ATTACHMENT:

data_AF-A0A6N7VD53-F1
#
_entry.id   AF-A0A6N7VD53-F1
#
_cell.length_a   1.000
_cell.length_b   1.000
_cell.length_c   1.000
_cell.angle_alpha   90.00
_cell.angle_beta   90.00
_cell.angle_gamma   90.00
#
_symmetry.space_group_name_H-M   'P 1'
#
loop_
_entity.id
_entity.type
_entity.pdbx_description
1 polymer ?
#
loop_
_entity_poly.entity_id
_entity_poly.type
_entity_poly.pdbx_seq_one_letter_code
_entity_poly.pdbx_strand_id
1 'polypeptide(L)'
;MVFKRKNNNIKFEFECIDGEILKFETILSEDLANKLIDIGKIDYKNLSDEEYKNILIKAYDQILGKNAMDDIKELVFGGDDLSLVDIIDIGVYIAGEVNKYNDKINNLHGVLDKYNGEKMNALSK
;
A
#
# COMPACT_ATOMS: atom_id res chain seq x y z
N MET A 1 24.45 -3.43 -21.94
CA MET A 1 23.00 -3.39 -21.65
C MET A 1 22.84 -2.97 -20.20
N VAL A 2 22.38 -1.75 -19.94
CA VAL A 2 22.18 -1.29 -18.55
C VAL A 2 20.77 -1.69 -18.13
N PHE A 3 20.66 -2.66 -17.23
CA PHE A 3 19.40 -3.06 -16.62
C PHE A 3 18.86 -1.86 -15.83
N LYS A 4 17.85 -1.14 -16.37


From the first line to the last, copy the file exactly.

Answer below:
data_AF-A0A6N7VD53-F1
#
_entry.id   AF-A0A6N7VD53-F1
#
_cell.length_a   1.000
_cell.length_b   1.000
_cell.length_c   1.000
_cell.angle_alpha   90.00
_cell.angle_beta   90.00
_cell.angle_gamma   90.00
#
_symmetry.space_group_name_H-M   'P 1'
#
loop_
_entity.id
_entity.type
_entity.pdbx_description
1 polymer ?
#
loop_
_entity_poly.entity_id
_entity_poly.type
_entity_poly.pdbx_seq_one_letter_code
_entity_poly.pdbx_strand_id
1 'polypeptide(L)'
;MVFKRKNNNIKFEFECIDGEILKFETILSEDLANKLIDIGKIDYKNLSDEEYKNILIKAYDQILGKNAMDDIKELVFGGDDLSLVDIIDIGVYIAGEVNKYNDKINNLHGVLDKYNGEKMNALSK
;
A
#
# COMPACT_ATOMS: atom_id res chain seq x y z
N MET A 1 24.45 -3.43 -21.94
CA MET A 1 23.00 -3.39 -21.65
C MET A 1 22.84 -2.97 -20.20
N VAL A 2 22.38 -1.75 -19.94
CA VAL A 2 22.18 -1.29 -18.55
C VAL A 2 20.77 -1.69 -18.13
N PHE A 3 20.66 -2.66 -17.23
CA PHE A 3 19.40 -3.06 -16.62
C PHE A 3 18.86 -1.86 -15.83
N LYS A 4 17.85 -1.14 -16.37